However, all these elements together suggest a deep and widespread concern about the sin - whatever it actually is - and about capitalist tendencies and profit, possibly related to the increased social mobility generated by the economic fluxes in the wake of the plagues. Only - Lorens' original predates the plague. I'm not quite sure what to make of it. It's possible that the translator added to or expanded on his source, of course, but if he did that here I find it hard to believe he didn't do it elsewhere, and the style as a whole just feels too consistent and organised to believe it.

Avarice has ten boughs:

Usury, which has seven types.
- Lending against collateral.
- Inheriting and refusing to return money made by usury.
- Lending through agents.
- Lending the goods of other men, or buying/borrowing them for little and lending them for much more.
- Giving credit for usury, or buying cheaper than the goods are worth and selling them dearer (well, that's everyone in our retail and hospitality industries done for).
- Speculating.
- Lending to people in dire financial straits and making them work off the loan for more than it's worth.

Theft has four types.
- Common theft, of men who live by theft.
- Hidden theft, when one "steleþ slighly bi-hynde and queynteli grete þinges or smale as to bigile a man or bitraye a man bi suteltee" (32-33). I'm not quite sure how we would interpret that nowadays, but I'm hardly an expert on various forms of theft.
- Privy theft, which is theft not from strangers but from those one deals with or serves, such as withholding rent. Incidentally, this is the sin women commit when she knows the child she carries within her is not her husband's and therefore "schal bere þe heritage þere he haþ no right" (33).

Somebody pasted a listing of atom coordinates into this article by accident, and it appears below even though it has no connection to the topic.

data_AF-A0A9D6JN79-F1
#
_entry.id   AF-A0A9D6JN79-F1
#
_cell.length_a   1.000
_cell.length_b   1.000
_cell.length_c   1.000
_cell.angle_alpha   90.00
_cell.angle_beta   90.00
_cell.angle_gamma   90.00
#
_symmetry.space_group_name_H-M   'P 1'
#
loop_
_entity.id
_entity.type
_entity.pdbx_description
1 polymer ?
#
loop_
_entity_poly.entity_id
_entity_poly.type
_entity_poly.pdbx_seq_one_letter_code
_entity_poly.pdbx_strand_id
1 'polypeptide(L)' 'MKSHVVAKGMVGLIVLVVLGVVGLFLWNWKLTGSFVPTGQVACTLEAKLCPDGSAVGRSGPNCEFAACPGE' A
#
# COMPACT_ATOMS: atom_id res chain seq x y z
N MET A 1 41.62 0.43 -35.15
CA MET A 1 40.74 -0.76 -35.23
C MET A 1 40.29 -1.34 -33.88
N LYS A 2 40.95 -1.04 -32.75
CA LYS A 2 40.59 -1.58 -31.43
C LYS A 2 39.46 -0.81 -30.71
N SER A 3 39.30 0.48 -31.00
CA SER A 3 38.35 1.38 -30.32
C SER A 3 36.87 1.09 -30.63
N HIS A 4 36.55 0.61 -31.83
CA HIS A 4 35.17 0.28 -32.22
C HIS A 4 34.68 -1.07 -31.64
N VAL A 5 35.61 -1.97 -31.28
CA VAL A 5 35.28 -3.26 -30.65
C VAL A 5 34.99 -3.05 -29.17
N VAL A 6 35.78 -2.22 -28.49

- Fellows in theft - accessory.

Rapine, or abuse of office.
- False executors, who rob dead men.
- Wicked lords who extort from those under them.
- Thieving innkeepers.
- Avoiders of debt.
- Extortionate prelates.
- Oppressive officials, like the Summoner in the Friar's Tale.

Challenge, which seems to be specifically related to litigation. This sounds more familiar! Many scholars come to learn at the court of this "lady of couetise", we are told, and they may be divided into seven (or, in fact, six) kinds:
- False plaintiffs.
- People who falsely flee 'what is right' - a court summons, perhaps, or ought it to be understood more generally?
- False witnesses.
- Lawyers who undertake cases they know to be false.
- False notaries and attorneys.
- False judges.

Sacrilege. I cannot understand why this appears under avarice. The sub-divisions don't make it any clearer, since in few instances is there any profit to the sinner.
- Mistreatment of the Eucharist and other sacraments.
- Violation of church buildings.
- Defilement of sacred spaces, as by brawling or lechery on hallowed ground.
- Violence towards men or women of religion.
- Theft from the church.
- Misuse of church property.
- Refusal to give food/water to a beggar when requested.
- Refusal to give up what belongs to the church, such as tithes and offerings.
- Breaking the Sabbath.

Simony. I wonder if Chaucer's Pardoner's name is Simon? It's a nice name.
- Buying or selling sacraments.
- Selling the Word of God - ie, preaching for silver.
- Selling church offices.
- Selling church livings.
- Selling benefices.
- Selling vows.

Malignity, or shrewedness, when a man doesn't turn away from doing great harm to another man for a little profit to himself.
- Forsaking God and turning heathen for profit. This includes people who make this choice "for drede of pouerte" (39). Remember, boys and girls, God wants you to starve to death.